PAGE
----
Text: James 1:17 Every good gift and every perfect gift is from above, and cometh down from the Father of lights, with whom is no variableness, neither shadow of turning.
When studying the immutability of God, one passage that often causes some difficulty is Exodus 32:7-14. In this passage, we find the statement that "the LORD repented". This has caused many to argue that God can change. However, a careful study of this passage will reveal that not only is it in harmony with the immutability of God, but it also adds to the proof that God does not change. Furthermore, it provides an important lesson for us concerning our position before God.
I. Some Consistencies
A. Two Views
In order for us to better understand the text we are to study, consider the two alternative views which could be conceived:
First of all, we might notice that in verse 10 God became angry and later in verse 14 He repented. The word translated "repented" in this passage means "to be sorry, to regret". We might conclude then that God changed from being calm and contented, to anger, and then to being sorry.
Another way to look at this passage is to consider the position of Israel with respect to God. Prior to the time of this passage, Israel had been in a state of favor before God. Then we see them pass into a state of rejection and finally, they become objects of His mercy and grace. Thus we might conclude that what changed was Israel's position before God.
Now which of these views are correct, or are both correct? Before we try to answer this question, let us first look outside of our text and notice some of God's absolutes.
One can scarcely turn the pages of the Bible without noticing that God is always consistent in His reactions to sin and righteousness. The very first sin (Genesis 3:14-19) was dealt with by a severe judgment in which even God's wonderful creation was cursed. In the very last book of the Bible, we find that things are no different: Sin results in punishment (Revelation 21:8).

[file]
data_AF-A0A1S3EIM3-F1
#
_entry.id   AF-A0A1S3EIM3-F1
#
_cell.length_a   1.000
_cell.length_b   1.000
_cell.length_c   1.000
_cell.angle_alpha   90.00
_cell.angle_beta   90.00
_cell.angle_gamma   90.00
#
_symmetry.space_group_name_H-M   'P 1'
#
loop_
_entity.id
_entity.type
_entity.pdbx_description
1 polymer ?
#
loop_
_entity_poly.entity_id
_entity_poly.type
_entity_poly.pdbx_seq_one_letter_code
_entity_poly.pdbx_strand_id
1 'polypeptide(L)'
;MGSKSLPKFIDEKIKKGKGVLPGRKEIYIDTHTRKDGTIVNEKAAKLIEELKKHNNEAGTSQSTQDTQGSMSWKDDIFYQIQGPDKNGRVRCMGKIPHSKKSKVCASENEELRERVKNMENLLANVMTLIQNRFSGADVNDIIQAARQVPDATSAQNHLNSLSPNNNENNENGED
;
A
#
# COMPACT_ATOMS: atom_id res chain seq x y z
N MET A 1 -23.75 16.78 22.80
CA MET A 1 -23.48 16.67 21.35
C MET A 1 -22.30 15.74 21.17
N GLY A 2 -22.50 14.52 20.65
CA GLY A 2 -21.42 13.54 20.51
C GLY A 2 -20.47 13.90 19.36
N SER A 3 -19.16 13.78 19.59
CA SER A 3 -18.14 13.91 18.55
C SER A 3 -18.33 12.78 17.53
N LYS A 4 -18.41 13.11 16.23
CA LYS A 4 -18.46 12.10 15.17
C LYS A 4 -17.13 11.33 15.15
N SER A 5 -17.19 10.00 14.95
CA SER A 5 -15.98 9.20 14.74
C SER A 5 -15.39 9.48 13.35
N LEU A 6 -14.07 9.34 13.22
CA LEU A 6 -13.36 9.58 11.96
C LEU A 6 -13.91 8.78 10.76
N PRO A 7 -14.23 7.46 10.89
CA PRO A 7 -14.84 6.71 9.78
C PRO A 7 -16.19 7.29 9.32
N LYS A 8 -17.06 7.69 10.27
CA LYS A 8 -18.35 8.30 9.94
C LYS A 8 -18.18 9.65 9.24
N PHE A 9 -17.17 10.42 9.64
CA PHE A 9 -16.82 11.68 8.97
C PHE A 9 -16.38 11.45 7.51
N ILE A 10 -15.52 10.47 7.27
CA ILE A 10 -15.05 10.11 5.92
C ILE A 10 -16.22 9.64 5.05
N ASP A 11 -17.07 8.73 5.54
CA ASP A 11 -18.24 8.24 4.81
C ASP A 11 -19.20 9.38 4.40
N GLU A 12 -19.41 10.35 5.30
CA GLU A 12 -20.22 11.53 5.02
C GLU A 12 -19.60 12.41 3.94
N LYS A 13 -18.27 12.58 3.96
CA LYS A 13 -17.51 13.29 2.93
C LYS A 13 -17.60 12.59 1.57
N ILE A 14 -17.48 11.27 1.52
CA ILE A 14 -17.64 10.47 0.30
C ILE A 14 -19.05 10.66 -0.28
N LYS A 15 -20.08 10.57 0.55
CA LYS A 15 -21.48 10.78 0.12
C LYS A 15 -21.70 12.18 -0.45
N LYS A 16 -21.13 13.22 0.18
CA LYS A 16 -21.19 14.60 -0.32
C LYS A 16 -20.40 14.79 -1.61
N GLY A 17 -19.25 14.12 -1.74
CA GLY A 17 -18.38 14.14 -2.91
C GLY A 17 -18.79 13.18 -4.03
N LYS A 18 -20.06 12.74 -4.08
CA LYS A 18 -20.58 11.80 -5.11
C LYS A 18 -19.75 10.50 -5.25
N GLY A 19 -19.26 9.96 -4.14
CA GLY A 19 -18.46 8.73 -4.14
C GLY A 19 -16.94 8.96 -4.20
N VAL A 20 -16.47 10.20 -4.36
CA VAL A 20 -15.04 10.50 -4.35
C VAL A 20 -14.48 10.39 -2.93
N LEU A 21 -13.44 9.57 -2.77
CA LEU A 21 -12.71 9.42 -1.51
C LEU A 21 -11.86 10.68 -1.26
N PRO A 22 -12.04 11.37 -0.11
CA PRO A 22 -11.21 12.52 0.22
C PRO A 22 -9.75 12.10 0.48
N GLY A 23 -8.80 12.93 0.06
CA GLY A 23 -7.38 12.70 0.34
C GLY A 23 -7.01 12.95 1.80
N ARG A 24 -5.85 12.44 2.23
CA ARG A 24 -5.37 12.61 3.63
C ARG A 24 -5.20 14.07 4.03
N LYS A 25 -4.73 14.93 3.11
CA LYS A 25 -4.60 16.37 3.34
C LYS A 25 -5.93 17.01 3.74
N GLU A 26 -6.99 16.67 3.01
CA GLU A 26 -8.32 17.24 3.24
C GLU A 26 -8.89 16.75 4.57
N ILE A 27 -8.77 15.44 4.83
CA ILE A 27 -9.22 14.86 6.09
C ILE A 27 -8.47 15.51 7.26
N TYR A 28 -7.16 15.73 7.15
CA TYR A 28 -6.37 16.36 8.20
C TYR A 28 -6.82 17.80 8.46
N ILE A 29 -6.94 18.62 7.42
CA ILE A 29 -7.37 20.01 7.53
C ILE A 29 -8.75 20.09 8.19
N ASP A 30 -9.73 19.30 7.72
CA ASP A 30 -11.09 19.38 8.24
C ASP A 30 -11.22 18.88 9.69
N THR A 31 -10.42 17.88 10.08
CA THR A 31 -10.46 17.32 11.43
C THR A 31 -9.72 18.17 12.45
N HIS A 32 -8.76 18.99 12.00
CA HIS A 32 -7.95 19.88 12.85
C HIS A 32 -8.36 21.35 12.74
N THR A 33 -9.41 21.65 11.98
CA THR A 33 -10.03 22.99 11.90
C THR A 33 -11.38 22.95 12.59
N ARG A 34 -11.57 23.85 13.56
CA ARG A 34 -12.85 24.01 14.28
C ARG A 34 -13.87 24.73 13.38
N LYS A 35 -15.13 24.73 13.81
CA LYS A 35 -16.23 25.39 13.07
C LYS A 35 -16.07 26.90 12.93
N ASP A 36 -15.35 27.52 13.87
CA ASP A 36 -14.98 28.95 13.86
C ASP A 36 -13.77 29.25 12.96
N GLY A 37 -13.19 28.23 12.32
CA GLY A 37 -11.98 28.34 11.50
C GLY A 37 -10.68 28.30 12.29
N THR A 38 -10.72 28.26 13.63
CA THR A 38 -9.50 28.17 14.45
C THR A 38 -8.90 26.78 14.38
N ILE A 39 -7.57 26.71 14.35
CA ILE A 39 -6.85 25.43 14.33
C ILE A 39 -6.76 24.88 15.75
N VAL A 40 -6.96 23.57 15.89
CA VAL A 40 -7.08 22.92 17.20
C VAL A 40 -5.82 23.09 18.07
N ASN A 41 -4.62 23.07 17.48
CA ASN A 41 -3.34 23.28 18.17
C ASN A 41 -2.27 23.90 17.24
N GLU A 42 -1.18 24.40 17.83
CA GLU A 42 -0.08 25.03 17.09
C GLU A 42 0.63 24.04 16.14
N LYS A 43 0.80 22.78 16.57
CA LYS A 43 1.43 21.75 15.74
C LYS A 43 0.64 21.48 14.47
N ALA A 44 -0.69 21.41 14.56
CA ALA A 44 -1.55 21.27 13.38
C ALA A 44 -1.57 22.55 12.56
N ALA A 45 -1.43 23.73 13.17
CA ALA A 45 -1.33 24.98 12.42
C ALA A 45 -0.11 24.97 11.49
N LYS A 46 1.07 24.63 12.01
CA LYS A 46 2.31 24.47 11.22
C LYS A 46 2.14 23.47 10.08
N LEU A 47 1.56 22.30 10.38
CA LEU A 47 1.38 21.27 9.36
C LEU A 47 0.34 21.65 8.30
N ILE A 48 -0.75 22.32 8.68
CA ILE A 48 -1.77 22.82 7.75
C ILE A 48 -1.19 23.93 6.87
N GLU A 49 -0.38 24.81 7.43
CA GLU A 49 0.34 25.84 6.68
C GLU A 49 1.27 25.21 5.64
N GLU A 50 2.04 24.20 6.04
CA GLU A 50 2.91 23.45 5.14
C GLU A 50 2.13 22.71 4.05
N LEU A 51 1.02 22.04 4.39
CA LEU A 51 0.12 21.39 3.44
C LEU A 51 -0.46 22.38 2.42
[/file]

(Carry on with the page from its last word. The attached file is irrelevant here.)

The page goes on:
What about believers and their sin? No, these sins did not go unpunished either; they were judged on the cross (Isaiah 53:5). God is not like man, who is most inconsistent in his dealings with sin. One day a man punishes his child for doing wrong, and the next day the same wrong goes without even a scolding.
What about righteousness? How does God treat those who are upright? They are the subjects of God's mercy, grace, and blessings. Noah was a just man and was delivered from the judgement by flood. David was a man that honored God and therefore God blessed David and caused him to prosper. This reward has its ultimate end in the believer's eternal life with God as a result of the righteousness of Christ (2 Corinthians 5:21).
This consistency in God's reactions to sin and to righteousness can perhaps best be seen in His offer to His people in Deuteronomy 30:15-19: " See, I have set before thee this day life and good, and death and evil". Sin would be dealt with by a curse and righteousness would be rewarded with blessing. Galatians 6:7 is an absolute with God, "whatsoever a man soweth, that shall he also reap."
How does God react to pride and humility? God never changes in His response to pride for it is an abomination to Him (Proverbs 16:5). Consequently, God stands far away from the proud (Psalm 138:6) and causes them to eventually be brought low (Isaiah 2:12). In contrast, God regards the humble (Psalm 138:6) and draws nigh to them (Isaiah 57:15). A great illustration of this absolute with God can be seen in His dealing with the wicked King Ahab in 1 Kings 21:29. Ahab's humility bought mercy and brought a delay in the judgement of God.